Grace: Well my next question was what was your reason for leaving Babyshambles?
Adam: I didn’t leave Babyshambles. Can't really go much into the reason but I wouldn’t ever leave something that I care so dearly about and that I put so much of myself and energy into. I’d be a fool to leave that environment. I can’t explain anymore but I didn’t leave.
Grace: Between your albums ‘Suburban Timebombs’ and ‘Roses Kings Castles’ which was your favourite to make?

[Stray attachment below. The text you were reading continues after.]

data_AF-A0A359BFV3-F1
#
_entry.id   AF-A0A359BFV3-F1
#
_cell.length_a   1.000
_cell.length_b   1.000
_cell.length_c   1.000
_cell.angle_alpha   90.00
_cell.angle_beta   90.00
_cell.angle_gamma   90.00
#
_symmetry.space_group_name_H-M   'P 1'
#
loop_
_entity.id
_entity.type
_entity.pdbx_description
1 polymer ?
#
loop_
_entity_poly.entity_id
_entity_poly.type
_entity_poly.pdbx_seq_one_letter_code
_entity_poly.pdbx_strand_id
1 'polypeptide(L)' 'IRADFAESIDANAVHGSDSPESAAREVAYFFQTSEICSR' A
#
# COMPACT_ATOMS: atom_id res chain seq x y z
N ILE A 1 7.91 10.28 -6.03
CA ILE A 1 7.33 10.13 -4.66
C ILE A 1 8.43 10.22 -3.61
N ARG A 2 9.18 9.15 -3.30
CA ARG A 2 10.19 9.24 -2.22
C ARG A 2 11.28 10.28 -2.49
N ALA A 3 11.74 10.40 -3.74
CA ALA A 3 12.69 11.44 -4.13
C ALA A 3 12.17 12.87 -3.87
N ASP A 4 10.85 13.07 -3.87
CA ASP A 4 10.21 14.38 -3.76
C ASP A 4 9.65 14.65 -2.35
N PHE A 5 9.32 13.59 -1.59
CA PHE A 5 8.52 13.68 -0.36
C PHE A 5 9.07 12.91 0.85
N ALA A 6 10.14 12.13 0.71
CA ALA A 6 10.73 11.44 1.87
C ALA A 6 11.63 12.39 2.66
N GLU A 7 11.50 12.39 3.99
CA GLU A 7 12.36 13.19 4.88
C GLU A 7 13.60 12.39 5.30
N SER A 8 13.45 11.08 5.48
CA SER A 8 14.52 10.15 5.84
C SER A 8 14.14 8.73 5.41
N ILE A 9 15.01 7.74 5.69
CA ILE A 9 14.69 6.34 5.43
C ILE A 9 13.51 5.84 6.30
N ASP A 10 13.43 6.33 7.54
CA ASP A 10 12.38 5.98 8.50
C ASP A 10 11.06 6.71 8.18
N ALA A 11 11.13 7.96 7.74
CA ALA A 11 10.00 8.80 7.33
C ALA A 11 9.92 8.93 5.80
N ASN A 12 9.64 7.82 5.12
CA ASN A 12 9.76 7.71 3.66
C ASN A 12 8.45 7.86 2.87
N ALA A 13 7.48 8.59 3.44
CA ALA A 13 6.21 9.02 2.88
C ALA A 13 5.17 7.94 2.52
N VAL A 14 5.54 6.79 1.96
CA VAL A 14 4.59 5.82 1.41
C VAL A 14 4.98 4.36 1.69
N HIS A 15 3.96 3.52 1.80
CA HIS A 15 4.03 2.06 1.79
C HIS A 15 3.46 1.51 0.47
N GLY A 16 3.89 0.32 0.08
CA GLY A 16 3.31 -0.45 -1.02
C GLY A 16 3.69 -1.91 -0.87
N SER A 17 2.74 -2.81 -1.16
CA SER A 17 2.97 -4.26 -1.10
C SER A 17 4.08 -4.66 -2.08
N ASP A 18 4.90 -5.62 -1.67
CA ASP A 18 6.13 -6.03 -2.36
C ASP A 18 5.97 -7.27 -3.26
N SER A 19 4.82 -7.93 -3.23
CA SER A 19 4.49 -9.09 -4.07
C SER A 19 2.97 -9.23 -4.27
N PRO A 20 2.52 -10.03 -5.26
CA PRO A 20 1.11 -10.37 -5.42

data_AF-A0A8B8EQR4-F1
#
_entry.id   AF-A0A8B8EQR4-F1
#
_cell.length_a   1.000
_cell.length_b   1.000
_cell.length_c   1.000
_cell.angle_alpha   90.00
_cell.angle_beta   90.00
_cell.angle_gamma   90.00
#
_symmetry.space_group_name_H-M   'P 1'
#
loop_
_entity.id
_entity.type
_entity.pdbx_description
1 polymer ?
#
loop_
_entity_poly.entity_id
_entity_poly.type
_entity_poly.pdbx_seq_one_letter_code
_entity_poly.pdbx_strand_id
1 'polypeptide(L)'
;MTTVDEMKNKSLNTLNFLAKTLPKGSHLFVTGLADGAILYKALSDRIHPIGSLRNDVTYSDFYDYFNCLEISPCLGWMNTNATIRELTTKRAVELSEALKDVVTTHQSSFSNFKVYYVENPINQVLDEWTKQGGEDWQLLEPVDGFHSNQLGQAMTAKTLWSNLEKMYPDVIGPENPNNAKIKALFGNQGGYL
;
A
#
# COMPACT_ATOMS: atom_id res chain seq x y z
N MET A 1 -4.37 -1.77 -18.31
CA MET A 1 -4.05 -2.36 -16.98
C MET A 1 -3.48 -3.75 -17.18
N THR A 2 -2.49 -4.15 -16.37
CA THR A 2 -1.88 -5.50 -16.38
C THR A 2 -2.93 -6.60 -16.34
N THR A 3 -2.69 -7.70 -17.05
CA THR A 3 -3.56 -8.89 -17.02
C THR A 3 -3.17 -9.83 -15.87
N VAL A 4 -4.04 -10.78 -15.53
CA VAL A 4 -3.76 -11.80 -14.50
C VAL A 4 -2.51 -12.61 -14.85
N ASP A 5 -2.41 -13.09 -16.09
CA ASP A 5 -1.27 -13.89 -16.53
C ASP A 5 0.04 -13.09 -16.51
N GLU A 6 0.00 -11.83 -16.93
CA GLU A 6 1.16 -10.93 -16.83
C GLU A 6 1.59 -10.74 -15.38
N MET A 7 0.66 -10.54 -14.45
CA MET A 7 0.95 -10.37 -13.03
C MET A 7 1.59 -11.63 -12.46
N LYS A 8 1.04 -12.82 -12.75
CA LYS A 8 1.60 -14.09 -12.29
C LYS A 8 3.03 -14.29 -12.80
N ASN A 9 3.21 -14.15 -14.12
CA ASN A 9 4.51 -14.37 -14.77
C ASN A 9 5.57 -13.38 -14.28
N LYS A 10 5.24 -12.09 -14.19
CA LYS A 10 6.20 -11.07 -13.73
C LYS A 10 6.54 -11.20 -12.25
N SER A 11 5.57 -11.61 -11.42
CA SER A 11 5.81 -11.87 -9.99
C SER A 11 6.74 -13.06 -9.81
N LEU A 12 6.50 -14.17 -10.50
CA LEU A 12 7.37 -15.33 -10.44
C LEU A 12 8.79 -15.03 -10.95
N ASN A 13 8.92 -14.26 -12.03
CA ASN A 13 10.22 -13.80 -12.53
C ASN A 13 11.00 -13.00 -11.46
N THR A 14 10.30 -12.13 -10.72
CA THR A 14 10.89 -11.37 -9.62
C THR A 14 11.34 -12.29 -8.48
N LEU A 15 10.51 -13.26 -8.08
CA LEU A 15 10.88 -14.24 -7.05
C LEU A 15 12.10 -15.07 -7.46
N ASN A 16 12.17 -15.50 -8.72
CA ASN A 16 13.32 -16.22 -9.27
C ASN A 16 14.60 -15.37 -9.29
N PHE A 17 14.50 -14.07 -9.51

Adam: I hate them both now, I want to move on to something else. Fun to make? The first album was really relaxed and I didn’t know it was going to be an album, so I just made a few songs with a friend of mine in Norwich in his bedroom basically and some of them were done at my place but they’re generally just a collection of songs that we knocked up and it was never going to be an album until Parlaphone, EMI picked it up to then release it, because they own all of what I do, so I had to take it to the A&R and I just thought they were going to go oh yeah it nice brilliant see you later. But he said, “oh, I've just listened to the whole thing 3 times and we want to release it”. So it was like wow, gave me confidence in it and then subsequently they got taken over by Terra Firma. So that was quite fun to make, I was quite naive, I didn’t know it was going anywhere. It was just a bunch of demos. I don’t really consider myself a song writer now really, I just knock ideas up and down. Some times it’s quite daunting being on tour heading the front of a band and writing the songs it’s like woah, I’m just like a drummer in a band who Dj’s a bit. I mean suburban timebombs I actually took it a bit more seriously but it was still written as a side project. I was still in the band when I finished that album. I mean everyone keeps going on about how they can see what frame of mind I was in at that time with the whole Babyshambles collapse but it was actually finished before I was out of Babyshambles. That album was finished in august 2009, I delivered that to the label, so it’s kind of difficult for me because that was written as a side project album and now it’s become sort of a touring vehicle for the whole Roses Kings Castles and its now the main thing, so it’s difficult. Because in hindsight I would have probably worked a lot more on those two albums and the ep, and shape it in to a 10 track album, made a really strong album, if I’d of known this was going to be my main thing. But I'm glad I've done it all. But I think there’s a lot more to come, I think my 3rd albums going to go really weird. I'm considering it as my first proper RKC album. Just because it’s got two letters of KFC in it doesn’t mean its the same! There’s actually a football team in The Netherlands called RKC. But yeah I think RKC’s a happy compromise. Oh excuse me I've just had a kebab, oh no I haven’t I've had fish. It’s more guitar based the next album. It’s really hard to tour as a six piece. It’s amazing and the music’s really good but its really hard to tour with that many people. Think it’s best as a three piece or 4 piece. I’ll probably play electric guitar aswell instead of acoustic. It just needs to evolve and get a bit tougher. I've actually not answered your question! Ask me another question.